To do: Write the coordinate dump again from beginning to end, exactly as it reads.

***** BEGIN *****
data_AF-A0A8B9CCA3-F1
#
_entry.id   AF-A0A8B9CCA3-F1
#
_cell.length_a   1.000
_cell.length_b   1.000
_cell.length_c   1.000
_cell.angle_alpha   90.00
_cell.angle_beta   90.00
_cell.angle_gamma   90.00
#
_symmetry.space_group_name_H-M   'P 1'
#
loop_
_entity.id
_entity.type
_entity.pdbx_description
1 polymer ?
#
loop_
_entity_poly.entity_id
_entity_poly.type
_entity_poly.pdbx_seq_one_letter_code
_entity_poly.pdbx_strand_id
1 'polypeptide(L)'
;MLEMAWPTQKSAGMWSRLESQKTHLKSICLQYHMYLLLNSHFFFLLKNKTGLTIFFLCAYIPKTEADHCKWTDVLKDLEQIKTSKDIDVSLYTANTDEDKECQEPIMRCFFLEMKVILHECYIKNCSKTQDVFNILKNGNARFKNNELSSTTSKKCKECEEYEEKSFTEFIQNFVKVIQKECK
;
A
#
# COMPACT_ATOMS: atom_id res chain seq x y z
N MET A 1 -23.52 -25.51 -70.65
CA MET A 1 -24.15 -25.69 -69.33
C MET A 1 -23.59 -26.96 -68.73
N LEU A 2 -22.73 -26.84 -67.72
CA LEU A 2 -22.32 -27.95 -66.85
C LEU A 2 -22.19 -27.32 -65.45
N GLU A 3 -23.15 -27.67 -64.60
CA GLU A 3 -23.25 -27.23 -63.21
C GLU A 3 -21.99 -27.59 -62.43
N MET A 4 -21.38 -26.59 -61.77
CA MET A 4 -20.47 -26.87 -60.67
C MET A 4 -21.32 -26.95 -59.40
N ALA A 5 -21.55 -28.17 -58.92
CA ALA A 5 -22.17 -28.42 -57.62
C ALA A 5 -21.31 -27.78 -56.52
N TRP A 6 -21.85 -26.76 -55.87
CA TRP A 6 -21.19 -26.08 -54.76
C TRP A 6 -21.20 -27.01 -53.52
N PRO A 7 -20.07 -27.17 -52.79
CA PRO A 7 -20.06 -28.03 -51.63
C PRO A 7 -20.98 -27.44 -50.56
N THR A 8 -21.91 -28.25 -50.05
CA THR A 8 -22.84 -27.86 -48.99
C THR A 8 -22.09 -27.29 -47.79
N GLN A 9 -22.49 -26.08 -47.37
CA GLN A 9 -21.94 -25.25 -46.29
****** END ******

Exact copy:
data_AF-A0A8B9CCA3-F1
#
_entry.id   AF-A0A8B9CCA3-F1
#
_cell.length_a   1.000
_cell.length_b   1.000
_cell.length_c   1.000
_cell.angle_alpha   90.00
_cell.angle_beta   90.00
_cell.angle_gamma   90.00
#
_symmetry.space_group_name_H-M   'P 1'
#
loop_
_entity.id
_entity.type
_entity.pdbx_description
1 polymer ?
#
loop_
_entity_poly.entity_id
_entity_poly.type
_entity_poly.pdbx_seq_one_letter_code
_entity_poly.pdbx_strand_id
1 'polypeptide(L)'
;MLEMAWPTQKSAGMWSRLESQKTHLKSICLQYHMYLLLNSHFFFLLKNKTGLTIFFLCAYIPKTEADHCKWTDVLKDLEQIKTSKDIDVSLYTANTDEDKECQEPIMRCFFLEMKVILHECYIKNCSKTQDVFNILKNGNARFKNNELSSTTSKKCKECEEYEEKSFTEFIQNFVKVIQKECK
;
A
#
# COMPACT_ATOMS: atom_id res chain seq x y z
N MET A 1 -23.52 -25.51 -70.65
CA MET A 1 -24.15 -25.69 -69.33
C MET A 1 -23.59 -26.96 -68.73
N LEU A 2 -22.73 -26.84 -67.72
CA LEU A 2 -22.32 -27.95 -66.85
C LEU A 2 -22.19 -27.32 -65.45
N GLU A 3 -23.15 -27.67 -64.60
CA GLU A 3 -23.25 -27.23 -63.21
C GLU A 3 -21.99 -27.59 -62.43
N MET A 4 -21.38 -26.59 -61.77
CA MET A 4 -20.47 -26.87 -60.67
C MET A 4 -21.32 -26.95 -59.40
N ALA A 5 -21.55 -28.17 -58.92
CA ALA A 5 -22.17 -28.42 -57.62
C ALA A 5 -21.31 -27.78 -56.52
N TRP A 6 -21.85 -26.76 -55.87
CA TRP A 6 -21.19 -26.08 -54.76
C TRP A 6 -21.20 -27.01 -53.52
N PRO A 7 -20.07 -27.17 -52.79
CA PRO A 7 -20.06 -28.03 -51.63
C PRO A 7 -20.98 -27.44 -50.56
N THR A 8 -21.91 -28.25 -50.05
CA THR A 8 -22.84 -27.86 -48.99
C THR A 8 -22.09 -27.29 -47.79
N GLN A 9 -22.49 -26.08 -47.37
CA GLN A 9 -21.94 -25.25 -46.29